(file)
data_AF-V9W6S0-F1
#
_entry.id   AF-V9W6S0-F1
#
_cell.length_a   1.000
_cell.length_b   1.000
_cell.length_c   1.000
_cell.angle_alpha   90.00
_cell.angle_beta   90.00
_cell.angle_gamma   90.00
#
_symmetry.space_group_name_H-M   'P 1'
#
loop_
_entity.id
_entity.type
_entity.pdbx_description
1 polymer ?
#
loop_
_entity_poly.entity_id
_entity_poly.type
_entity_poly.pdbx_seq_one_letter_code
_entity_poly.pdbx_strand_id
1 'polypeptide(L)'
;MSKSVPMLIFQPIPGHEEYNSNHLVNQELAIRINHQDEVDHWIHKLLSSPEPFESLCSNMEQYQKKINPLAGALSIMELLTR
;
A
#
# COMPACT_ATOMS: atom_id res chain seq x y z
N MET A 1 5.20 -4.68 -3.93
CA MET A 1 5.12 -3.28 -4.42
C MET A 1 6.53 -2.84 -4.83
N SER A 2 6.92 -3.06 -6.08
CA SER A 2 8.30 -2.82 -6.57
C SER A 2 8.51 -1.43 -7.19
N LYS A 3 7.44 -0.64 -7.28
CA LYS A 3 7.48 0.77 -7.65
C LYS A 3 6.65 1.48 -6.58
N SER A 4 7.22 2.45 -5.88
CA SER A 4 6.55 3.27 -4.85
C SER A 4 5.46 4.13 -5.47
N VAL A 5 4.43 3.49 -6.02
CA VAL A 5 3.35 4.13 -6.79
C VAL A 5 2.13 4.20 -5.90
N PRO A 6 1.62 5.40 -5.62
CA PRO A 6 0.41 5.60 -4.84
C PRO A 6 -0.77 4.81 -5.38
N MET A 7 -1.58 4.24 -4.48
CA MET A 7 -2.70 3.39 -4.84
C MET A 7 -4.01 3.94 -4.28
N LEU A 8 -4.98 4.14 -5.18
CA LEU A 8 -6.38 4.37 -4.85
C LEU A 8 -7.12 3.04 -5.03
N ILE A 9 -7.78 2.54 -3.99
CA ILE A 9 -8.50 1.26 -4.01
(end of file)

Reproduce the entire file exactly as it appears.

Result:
data_AF-V9W6S0-F1
#
_entry.id   AF-V9W6S0-F1
#
_cell.length_a   1.000
_cell.length_b   1.000
_cell.length_c   1.000
_cell.angle_alpha   90.00
_cell.angle_beta   90.00
_cell.angle_gamma   90.00
#
_symmetry.space_group_name_H-M   'P 1'
#
loop_
_entity.id
_entity.type
_entity.pdbx_description
1 polymer ?
#
loop_
_entity_poly.entity_id
_entity_poly.type
_entity_poly.pdbx_seq_one_letter_code
_entity_poly.pdbx_strand_id
1 'polypeptide(L)'
;MSKSVPMLIFQPIPGHEEYNSNHLVNQELAIRINHQDEVDHWIHKLLSSPEPFESLCSNMEQYQKKINPLAGALSIMELLTR
;
A
#
# COMPACT_ATOMS: atom_id res chain seq x y z
N MET A 1 5.20 -4.68 -3.93
CA MET A 1 5.12 -3.28 -4.42
C MET A 1 6.53 -2.84 -4.83
N SER A 2 6.92 -3.06 -6.08
CA SER A 2 8.30 -2.82 -6.57
C SER A 2 8.51 -1.43 -7.19
N LYS A 3 7.44 -0.64 -7.28
CA LYS A 3 7.48 0.77 -7.65
C LYS A 3 6.65 1.48 -6.58
N SER A 4 7.22 2.45 -5.88
CA SER A 4 6.55 3.27 -4.85
C SER A 4 5.46 4.13 -5.47
N VAL A 5 4.43 3.49 -6.02
CA VAL A 5 3.35 4.13 -6.79
C VAL A 5 2.13 4.20 -5.90
N PRO A 6 1.62 5.40 -5.62
CA PRO A 6 0.41 5.60 -4.84
C PRO A 6 -0.77 4.81 -5.38
N MET A 7 -1.58 4.24 -4.48
CA MET A 7 -2.70 3.39 -4.84
C MET A 7 -4.01 3.94 -4.28
N LEU A 8 -4.98 4.14 -5.18
CA LEU A 8 -6.38 4.37 -4.85
C LEU A 8 -7.12 3.04 -5.03
N ILE A 9 -7.78 2.54 -3.99
CA ILE A 9 -8.50 1.26 -4.01